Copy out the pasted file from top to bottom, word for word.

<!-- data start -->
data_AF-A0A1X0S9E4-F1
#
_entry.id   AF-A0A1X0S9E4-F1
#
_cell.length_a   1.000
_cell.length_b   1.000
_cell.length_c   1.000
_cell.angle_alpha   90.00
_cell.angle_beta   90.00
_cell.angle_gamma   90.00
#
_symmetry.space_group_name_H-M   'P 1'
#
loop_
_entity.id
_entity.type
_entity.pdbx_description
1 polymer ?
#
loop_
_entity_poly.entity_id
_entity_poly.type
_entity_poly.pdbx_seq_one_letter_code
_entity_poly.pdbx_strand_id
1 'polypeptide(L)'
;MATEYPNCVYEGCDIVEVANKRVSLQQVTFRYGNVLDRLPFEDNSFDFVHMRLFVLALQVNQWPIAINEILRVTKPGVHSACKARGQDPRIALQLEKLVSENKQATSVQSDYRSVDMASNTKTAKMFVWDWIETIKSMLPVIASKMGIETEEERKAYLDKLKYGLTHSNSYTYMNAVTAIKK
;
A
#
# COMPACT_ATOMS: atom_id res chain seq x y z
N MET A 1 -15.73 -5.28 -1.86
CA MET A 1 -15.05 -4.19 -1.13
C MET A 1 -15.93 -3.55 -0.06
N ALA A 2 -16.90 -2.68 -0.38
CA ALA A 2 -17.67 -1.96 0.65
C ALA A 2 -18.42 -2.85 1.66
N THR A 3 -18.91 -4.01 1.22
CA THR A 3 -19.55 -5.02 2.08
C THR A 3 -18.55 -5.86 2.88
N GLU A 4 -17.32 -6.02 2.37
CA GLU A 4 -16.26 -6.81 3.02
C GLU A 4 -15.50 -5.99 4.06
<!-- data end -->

data_AF-A0A1X0S9E4-F1
#
_entry.id   AF-A0A1X0S9E4-F1
#
_cell.length_a   1.000
_cell.length_b   1.000
_cell.length_c   1.000
_cell.angle_alpha   90.00
_cell.angle_beta   90.00
_cell.angle_gamma   90.00
#
_symmetry.space_group_name_H-M   'P 1'
#
loop_
_entity.id
_entity.type
_entity.pdbx_description
1 polymer ?
#
loop_
_entity_poly.entity_id
_entity_poly.type
_entity_poly.pdbx_seq_one_letter_code
_entity_poly.pdbx_strand_id
1 'polypeptide(L)'
;MATEYPNCVYEGCDIVEVANKRVSLQQVTFRYGNVLDRLPFEDNSFDFVHMRLFVLALQVNQWPIAINEILRVTKPGVHSACKARGQDPRIALQLEKLVSENKQATSVQSDYRSVDMASNTKTAKMFVWDWIETIKSMLPVIASKMGIETEEERKAYLDKLKYGLTHSNSYTYMNAVTAIKK
;
A
#
# COMPACT_ATOMS: atom_id res chain seq x y z
N MET A 1 -15.73 -5.28 -1.86
CA MET A 1 -15.05 -4.19 -1.13
C MET A 1 -15.93 -3.55 -0.06
N ALA A 2 -16.90 -2.68 -0.38
CA ALA A 2 -17.67 -1.96 0.65
C ALA A 2 -18.42 -2.85 1.66
N THR A 3 -18.91 -4.01 1.22
CA THR A 3 -19.55 -5.02 2.08
C THR A 3 -18.55 -5.86 2.88
N GLU A 4 -17.32 -6.02 2.37
CA GLU A 4 -16.26 -6.81 3.02
C GLU A 4 -15.50 -5.99 4.06